• at least 20% discount on all private and public recreational facilities, provided that the discount can be availed only when the solo parent and his/her dependent/s are together.

Under RA 8972, solo parents are entitled to a flexible work schedule, safety net against discrimination in the workplace, additional parental leave, educational and housing benefits, and medical assistance.

Also included in the Act’s comprehensive package are the following: livelihood development and counseling services, parent effectiveness services, critical incidence stress debriefing, and special projects for individuals in need of protection.

“Sadly, only a handful of local government units are aware that RA 8972 exists and have the political will to implement the programs and services for solo parents,” Javier said. “The majority are not aware, do not care, or do not have a budget.”

On Nov. 30, solo parents will hold a unification meeting and launching of their advocacy campaign, “Kapakanan ng mga Solo Parents.”

“We are part of the disadvantaged sectors of society who need assistance. Let’s call on our local officials, whom we had voted for in order to help us,” Javier said in Filipino. “Go or write to your congressmen so that HB 3398 will immediately be passed into law.”

“This piece of legislation will be a blessing for all of us – solo parents and our children,” she stressed.

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(Founded in March 2008, VERA Files is published by veteran Filipino journalists taking a deeper look into current Philippine issues. Vera is Latin for “true.”)

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QC LGBT Pride celebration: More than just a parade

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VERA Files | 13 December 2015

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More than the parade, more than the march and festival, this celebration is the delivery of actual programs and policies for LGBT (Lesbian, Gay, Bisexual, Transgender) people,” Percival Cendaña, commissioner of the National Youth Commission, said of the recent LGBT Pride celebration in Quezon City.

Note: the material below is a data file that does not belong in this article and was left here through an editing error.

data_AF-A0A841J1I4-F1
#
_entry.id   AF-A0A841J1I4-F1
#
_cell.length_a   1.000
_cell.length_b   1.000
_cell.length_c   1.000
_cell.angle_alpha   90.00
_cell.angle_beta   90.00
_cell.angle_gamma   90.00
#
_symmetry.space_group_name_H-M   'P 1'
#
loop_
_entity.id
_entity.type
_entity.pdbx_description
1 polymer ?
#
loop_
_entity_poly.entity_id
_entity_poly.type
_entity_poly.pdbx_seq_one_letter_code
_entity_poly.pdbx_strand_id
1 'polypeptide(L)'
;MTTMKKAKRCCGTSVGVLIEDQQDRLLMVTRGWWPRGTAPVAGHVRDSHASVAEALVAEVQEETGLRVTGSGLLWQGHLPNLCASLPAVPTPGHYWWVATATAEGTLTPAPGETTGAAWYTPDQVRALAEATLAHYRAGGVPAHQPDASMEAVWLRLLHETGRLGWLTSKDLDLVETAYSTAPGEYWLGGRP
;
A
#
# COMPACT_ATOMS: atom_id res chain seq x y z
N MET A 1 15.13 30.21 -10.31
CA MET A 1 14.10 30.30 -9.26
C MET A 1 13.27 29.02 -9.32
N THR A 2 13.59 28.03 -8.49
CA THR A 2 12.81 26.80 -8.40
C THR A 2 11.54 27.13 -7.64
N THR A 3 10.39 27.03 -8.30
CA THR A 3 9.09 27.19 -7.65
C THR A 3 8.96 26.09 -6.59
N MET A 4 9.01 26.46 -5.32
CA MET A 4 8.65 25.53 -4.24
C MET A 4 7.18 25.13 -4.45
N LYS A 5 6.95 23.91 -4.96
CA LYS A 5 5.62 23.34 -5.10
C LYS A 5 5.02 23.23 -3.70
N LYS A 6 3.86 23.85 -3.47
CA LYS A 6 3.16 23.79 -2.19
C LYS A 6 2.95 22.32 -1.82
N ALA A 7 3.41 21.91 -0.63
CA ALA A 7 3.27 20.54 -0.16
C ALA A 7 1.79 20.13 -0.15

The celebration took special significance held after the court ruling on Jennifer Laude’s case, which found US Marine Lance Corporal Joseph Scott Pemberton guilty of homicide.

Though many LGBT advocates and groups said that “murder” should have been the rightful verdict, they still see it as something that they can learn from. “Now, more than ever, especially because of the decision on Laude’s case, is the right time for the [LGBT] community to get together and reflect on what happened to Jennifer, and to also inspire the next course of action,” Cendaña explained.

Cendaña also said that the event is the highlight of all the achievements throughout the year, specifically the passage of the Gender-Fair Ordinance in Quezon City.

An ordinance providing for a comprehensive anti-discrimination policy on the basis of sexual orientation, gender identity and expression signed November last year, is the first of its kind in the Philippines.

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The ordinance states: “It is hereby declared a policy of Quezon City to actively work for the elimination of all forms of discrimination that offend the equal protection clause of the Bill of Rights enshrined in the Constitution, and other existing laws and to value the dignity of every person, guarantee full respect for human rights, and give the highest priority to measures that protect and enhance the rights of all people.”

According to Councilor Lena Marie “Mayen” Juico (First District), author of the Gender-Fair Ordinance, “they (Quezon City officials) have tackled all areas where the LGBT community may experience discrimination.”